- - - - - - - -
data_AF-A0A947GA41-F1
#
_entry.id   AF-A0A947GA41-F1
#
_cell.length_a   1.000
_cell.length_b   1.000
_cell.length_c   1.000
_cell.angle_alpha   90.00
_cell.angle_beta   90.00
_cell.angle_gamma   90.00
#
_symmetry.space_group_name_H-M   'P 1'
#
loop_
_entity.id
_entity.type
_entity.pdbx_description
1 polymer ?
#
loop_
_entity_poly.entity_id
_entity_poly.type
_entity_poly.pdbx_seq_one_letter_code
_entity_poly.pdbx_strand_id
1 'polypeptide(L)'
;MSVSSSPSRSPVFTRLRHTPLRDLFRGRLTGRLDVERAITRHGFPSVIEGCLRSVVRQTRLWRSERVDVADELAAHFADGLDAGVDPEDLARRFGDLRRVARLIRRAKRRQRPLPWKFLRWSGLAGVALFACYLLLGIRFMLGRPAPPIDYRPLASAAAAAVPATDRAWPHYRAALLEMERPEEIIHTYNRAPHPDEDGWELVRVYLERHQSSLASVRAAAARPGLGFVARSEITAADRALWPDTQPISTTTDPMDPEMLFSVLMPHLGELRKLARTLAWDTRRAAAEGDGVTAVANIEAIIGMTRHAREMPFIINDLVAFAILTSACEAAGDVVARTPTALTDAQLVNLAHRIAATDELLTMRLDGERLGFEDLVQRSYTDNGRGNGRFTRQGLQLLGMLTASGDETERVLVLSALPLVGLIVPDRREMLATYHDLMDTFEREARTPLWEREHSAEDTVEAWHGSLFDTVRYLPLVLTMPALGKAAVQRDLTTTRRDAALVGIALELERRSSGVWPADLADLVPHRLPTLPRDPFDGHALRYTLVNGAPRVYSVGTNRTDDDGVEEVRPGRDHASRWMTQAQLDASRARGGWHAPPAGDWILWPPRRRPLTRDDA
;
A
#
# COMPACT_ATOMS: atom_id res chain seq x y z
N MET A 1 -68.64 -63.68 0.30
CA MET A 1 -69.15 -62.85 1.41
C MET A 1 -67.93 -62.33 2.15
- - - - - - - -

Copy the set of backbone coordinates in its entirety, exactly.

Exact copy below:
data_AF-A0A947GA41-F1
#
_entry.id   AF-A0A947GA41-F1
#
_cell.length_a   1.000
_cell.length_b   1.000
_cell.length_c   1.000
_cell.angle_alpha   90.00
_cell.angle_beta   90.00
_cell.angle_gamma   90.00
#
_symmetry.space_group_name_H-M   'P 1'
#
loop_
_entity.id
_entity.type
_entity.pdbx_description
1 polymer ?
#
loop_
_entity_poly.entity_id
_entity_poly.type
_entity_poly.pdbx_seq_one_letter_code
_entity_poly.pdbx_strand_id
1 'polypeptide(L)'
;MSVSSSPSRSPVFTRLRHTPLRDLFRGRLTGRLDVERAITRHGFPSVIEGCLRSVVRQTRLWRSERVDVADELAAHFADGLDAGVDPEDLARRFGDLRRVARLIRRAKRRQRPLPWKFLRWSGLAGVALFACYLLLGIRFMLGRPAPPIDYRPLASAAAAAVPATDRAWPHYRAALLEMERPEEIIHTYNRAPHPDEDGWELVRVYLERHQSSLASVRAAAARPGLGFVARSEITAADRALWPDTQPISTTTDPMDPEMLFSVLMPHLGELRKLARTLAWDTRRAAAEGDGVTAVANIEAIIGMTRHAREMPFIINDLVAFAILTSACEAAGDVVARTPTALTDAQLVNLAHRIAATDELLTMRLDGERLGFEDLVQRSYTDNGRGNGRFTRQGLQLLGMLTASGDETERVLVLSALPLVGLIVPDRREMLATYHDLMDTFEREARTPLWEREHSAEDTVEAWHGSLFDTVRYLPLVLTMPALGKAAVQRDLTTTRRDAALVGIALELERRSSGVWPADLADLVPHRLPTLPRDPFDGHALRYTLVNGAPRVYSVGTNRTDDDGVEEVRPGRDHASRWMTQAQLDASRARGGWHAPPAGDWILWPPRRRPLTRDDA
;
A
#
# COMPACT_ATOMS: atom_id res chain seq x y z
N MET A 1 -68.64 -63.68 0.30
CA MET A 1 -69.15 -62.85 1.41
C MET A 1 -67.93 -62.33 2.15